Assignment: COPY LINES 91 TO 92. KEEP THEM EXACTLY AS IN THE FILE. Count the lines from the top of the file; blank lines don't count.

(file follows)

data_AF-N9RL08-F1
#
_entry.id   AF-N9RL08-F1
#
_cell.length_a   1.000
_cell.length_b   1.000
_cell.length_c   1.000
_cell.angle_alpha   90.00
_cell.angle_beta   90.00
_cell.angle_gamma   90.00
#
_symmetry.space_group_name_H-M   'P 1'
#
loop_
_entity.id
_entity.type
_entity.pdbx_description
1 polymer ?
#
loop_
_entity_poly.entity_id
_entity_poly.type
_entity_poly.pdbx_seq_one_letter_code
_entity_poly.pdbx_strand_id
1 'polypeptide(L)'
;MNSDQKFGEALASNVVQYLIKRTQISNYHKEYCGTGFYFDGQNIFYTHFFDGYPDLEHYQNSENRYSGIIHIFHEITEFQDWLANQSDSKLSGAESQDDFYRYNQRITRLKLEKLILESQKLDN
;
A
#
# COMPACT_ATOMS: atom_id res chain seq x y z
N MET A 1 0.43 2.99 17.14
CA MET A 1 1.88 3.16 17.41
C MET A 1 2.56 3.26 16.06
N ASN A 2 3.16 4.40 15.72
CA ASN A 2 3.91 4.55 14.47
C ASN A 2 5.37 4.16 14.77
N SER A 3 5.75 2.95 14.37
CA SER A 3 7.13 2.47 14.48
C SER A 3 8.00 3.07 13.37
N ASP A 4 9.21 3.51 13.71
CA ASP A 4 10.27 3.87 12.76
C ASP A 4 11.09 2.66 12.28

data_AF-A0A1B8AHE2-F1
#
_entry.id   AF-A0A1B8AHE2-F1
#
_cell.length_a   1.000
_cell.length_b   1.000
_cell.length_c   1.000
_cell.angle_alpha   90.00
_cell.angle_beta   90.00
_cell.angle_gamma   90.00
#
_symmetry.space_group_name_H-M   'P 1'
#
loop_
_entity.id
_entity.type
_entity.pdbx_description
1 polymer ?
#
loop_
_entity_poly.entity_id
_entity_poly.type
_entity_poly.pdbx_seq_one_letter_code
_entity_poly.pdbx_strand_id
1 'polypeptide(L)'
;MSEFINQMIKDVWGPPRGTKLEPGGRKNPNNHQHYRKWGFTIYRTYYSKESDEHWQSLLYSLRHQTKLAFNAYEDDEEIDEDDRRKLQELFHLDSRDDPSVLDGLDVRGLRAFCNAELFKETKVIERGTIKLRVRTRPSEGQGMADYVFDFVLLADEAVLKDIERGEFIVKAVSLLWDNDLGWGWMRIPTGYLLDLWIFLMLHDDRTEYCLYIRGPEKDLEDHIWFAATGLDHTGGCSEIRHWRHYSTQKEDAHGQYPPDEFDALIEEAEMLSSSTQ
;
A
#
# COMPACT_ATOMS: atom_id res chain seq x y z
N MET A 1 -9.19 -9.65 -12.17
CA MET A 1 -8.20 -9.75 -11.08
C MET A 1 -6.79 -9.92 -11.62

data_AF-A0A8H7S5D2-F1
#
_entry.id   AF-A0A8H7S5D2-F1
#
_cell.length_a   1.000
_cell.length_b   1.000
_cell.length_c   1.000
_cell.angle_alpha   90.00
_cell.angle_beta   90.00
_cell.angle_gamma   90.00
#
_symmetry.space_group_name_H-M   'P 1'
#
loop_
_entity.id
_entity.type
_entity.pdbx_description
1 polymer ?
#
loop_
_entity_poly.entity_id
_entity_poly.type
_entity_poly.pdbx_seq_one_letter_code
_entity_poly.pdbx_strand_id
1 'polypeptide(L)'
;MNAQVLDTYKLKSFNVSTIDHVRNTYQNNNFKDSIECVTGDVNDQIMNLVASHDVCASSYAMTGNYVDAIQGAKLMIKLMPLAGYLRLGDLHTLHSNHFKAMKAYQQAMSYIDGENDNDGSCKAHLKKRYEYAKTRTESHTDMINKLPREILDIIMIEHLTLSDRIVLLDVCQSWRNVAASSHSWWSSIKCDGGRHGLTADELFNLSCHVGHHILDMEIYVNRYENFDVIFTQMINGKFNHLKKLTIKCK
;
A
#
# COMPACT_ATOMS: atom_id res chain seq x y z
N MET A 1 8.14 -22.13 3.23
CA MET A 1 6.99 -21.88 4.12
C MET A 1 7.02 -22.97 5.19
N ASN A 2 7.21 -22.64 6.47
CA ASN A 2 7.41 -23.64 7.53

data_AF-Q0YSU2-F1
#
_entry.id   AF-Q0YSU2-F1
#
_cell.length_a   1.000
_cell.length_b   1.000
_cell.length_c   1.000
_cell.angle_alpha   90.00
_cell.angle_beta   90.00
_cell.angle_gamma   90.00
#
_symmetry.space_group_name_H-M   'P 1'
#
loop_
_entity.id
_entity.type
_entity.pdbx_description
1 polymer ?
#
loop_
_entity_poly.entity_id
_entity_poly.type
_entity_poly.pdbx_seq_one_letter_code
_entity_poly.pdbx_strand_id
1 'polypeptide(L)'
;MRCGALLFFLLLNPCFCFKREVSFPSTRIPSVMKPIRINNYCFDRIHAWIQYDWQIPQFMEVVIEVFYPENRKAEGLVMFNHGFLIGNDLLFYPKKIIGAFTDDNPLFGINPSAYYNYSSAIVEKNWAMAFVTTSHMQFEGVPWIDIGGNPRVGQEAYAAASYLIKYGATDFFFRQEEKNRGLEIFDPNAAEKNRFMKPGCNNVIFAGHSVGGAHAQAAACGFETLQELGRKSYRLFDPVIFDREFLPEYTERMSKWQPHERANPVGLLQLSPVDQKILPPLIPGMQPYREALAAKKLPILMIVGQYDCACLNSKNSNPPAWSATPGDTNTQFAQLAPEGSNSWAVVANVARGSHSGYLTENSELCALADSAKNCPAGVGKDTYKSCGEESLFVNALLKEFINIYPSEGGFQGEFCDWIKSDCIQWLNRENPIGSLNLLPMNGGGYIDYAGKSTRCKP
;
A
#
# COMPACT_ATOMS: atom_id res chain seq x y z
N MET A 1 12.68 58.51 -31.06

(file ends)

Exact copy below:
_entity.type
_entity.pdbx_description